Gold imports continue to be affected as importers struggle to meet the Reserve Bank of India’s mandatory norm of re-exporting 20 per cent of the precious metal brought into the country.

This, in turn, has resulted in domestic gold prices ruling seven per cent higher than global prices.

“There is huge shortfall in gold supplies currently, even as festival buying is picking up. Lack of imported consignments is pushing up prices here,” said Harmesh Arora, spokesman for the Bombay Bullion Association.

On July 22, the RBI issued a notification making it mandatory for those importing gold to re-export at least 20 per cent of the quantity imported into the country.

“Since then, hardly a couple of tonnes of gold have come into the country,” said Arora.

The RBI had come up with the re-export norm as part of the Government’s efforts to curb the rising current account deficit (CAD), which ballooned to $21.8 billion in the first quarter of the current fiscal. Gold imports are seen as a major reason for trade imbalance, resulting in CAD rising.

On Thursday, spot gold in the global market ruled at $1,318.35 for an ounce. Taking into consideration the global price (about Rs 26,000), the 10 per cent import duty (Rs 260) and other charges such as handling, the cost should be around Rs 29,000.

But in Mumbai, pure gold (99.9 per cent purity) closed at Rs 31,120 for 10 gm, a premium of over Rs 2,000.

“In fact, people are selling gold in the physical market and buying in the futures ,” said Prithviraj Kothari, Director of RiddiSiddhi Bullions Ltd. “Though prices in the domestic futures are ruling higher than global prices, they are cheaper than spot prices,” he said. On the Multi Commodity Exchange, gold contracts maturing in December ruled at Rs 29,946. “Gold in India is ruling higher only because imports have been totally hit,” said Arora.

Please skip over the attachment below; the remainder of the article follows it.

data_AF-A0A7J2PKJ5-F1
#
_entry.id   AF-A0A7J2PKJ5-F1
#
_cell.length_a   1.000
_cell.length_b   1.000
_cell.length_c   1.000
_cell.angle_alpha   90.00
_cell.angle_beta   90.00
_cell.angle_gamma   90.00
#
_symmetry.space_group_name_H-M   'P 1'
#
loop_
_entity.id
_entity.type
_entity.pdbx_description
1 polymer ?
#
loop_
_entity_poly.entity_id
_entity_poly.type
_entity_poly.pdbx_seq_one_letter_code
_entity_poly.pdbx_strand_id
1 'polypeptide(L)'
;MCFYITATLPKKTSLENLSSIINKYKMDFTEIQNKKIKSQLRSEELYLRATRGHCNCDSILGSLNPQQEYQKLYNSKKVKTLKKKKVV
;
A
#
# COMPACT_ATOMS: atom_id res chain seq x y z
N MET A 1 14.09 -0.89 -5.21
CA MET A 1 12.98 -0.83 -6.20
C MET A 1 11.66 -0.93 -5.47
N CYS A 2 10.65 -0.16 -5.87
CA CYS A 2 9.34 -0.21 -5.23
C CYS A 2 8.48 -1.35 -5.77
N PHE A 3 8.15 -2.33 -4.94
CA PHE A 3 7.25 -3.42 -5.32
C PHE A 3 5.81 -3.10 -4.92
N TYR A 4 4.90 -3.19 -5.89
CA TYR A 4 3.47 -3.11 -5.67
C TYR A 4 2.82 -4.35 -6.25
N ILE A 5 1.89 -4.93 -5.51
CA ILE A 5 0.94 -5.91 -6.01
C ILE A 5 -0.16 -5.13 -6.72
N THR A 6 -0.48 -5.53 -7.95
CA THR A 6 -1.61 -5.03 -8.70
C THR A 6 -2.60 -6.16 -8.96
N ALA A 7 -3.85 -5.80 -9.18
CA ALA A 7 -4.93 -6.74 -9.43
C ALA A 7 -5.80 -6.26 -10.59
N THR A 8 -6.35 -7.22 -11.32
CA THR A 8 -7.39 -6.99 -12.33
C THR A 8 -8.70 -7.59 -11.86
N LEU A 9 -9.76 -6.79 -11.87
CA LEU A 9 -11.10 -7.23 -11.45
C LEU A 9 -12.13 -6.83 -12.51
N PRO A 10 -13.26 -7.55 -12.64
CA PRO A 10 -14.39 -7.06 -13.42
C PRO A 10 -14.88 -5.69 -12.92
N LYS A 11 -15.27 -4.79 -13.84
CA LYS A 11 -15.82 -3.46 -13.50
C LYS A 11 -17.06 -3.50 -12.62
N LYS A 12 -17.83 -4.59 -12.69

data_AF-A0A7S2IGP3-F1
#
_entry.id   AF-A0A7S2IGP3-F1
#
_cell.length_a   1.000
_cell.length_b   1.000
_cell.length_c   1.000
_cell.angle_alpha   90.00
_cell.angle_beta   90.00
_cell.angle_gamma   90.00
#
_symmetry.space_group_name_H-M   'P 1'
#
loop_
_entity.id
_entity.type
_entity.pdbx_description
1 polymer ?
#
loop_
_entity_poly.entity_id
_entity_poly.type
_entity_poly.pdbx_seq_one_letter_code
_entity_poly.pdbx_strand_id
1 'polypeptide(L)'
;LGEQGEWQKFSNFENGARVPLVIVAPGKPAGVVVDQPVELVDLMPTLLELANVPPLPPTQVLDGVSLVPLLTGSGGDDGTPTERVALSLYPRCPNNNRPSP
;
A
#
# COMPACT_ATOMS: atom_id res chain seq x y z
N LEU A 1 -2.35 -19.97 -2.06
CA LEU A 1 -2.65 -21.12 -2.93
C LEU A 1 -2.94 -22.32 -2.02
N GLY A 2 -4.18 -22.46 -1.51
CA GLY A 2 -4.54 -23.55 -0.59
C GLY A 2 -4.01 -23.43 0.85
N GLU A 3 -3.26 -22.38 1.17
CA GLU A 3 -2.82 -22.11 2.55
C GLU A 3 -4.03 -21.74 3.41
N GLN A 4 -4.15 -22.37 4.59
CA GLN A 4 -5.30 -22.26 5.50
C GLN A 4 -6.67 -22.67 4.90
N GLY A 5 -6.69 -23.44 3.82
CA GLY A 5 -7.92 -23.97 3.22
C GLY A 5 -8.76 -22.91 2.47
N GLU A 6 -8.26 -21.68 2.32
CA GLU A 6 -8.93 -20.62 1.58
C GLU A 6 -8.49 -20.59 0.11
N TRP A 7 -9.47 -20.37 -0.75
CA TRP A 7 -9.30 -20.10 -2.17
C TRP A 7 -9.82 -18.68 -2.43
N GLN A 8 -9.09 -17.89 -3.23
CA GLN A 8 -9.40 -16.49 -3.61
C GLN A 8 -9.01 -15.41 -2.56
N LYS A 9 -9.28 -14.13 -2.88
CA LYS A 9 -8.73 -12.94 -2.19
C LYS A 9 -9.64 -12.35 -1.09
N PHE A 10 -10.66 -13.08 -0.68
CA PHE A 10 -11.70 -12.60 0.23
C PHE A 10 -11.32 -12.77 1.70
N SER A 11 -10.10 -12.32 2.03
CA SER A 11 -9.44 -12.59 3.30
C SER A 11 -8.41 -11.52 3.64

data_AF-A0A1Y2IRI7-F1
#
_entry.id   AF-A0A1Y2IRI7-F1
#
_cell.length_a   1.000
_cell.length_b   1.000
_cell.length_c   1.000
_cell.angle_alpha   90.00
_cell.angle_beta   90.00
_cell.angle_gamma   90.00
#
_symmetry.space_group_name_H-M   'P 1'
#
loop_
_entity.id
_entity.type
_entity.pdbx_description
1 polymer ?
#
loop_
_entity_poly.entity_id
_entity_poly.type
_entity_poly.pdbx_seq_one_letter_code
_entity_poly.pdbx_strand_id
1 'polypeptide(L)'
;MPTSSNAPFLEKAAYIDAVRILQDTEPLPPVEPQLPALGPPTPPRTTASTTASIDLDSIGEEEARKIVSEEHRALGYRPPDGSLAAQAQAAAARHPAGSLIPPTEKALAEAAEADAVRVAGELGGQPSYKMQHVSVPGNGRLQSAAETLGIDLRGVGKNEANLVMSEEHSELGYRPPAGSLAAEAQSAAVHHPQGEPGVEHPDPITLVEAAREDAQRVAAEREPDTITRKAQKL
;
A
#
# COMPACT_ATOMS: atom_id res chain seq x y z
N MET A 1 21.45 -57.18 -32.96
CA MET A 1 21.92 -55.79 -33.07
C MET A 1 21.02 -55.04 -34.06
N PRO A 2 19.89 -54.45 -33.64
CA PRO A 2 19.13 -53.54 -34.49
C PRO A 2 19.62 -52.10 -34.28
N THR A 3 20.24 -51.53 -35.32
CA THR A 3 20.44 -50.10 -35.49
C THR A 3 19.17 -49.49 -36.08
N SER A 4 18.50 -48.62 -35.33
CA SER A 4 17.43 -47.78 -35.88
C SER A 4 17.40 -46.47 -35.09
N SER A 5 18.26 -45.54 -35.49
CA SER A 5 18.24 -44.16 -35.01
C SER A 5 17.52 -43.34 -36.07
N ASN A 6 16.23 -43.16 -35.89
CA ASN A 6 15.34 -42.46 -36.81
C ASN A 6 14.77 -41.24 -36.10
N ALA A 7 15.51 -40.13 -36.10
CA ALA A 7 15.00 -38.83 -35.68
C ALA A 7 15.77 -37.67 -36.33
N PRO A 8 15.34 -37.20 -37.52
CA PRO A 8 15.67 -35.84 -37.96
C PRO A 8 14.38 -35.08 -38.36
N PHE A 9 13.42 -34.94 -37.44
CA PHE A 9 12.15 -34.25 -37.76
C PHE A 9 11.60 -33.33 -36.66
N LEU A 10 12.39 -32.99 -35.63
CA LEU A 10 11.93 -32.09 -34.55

Initially, lack of clarity and Customs authorities not being sure on implementing the norm were blamed for imports coming to a standstill. On September 20, the Commerce Department officials said that gold imports would resume as the Government would help the Customs Department in interpreting the RBI notification correctly.

“It is impossible to fulfil the norm of re-exporting 20 per cent. Banks, which buy the precious metal on our behalf, are not willing to import,” said Ba. Ramesh, Joint Managing Director of Thangamayil Jewellery Ltd.

Importers say that it will be difficult to meet the norm since re-exports accounted for hardly six per cent of total imports during the last two years.

“The problem has been compounded because Customs authorities want us to meet the stipulation for each consignment,” said Arora. The RBI notification said that fresh imports would be allowed only after an importer re-exports 20 per cent of the shipments brought into the country earlier. Banks also have to keep the gold meant for re-export in separate Customs bonded warehouses.

“It takes between 60 and 90 days for exports to take place. Until then, you can’t bring gold into the country,” said Kothari.

Currently, only gold that is meant to be re-exported is finding its way through the ports.

“Totally, imports in the last couple of months could have hardly been four tonnes,” Arora said.

During January-September this year, gold imports were a little short of 400 tonnes with the bulk coming in during April-June. Last year, gold imports totalled 860 tonnes, down from 969 tonnes in 2011.

“We don’t think that imports will rise drastically over the next couple of months due to the prohibitive policy,” said Ramesh.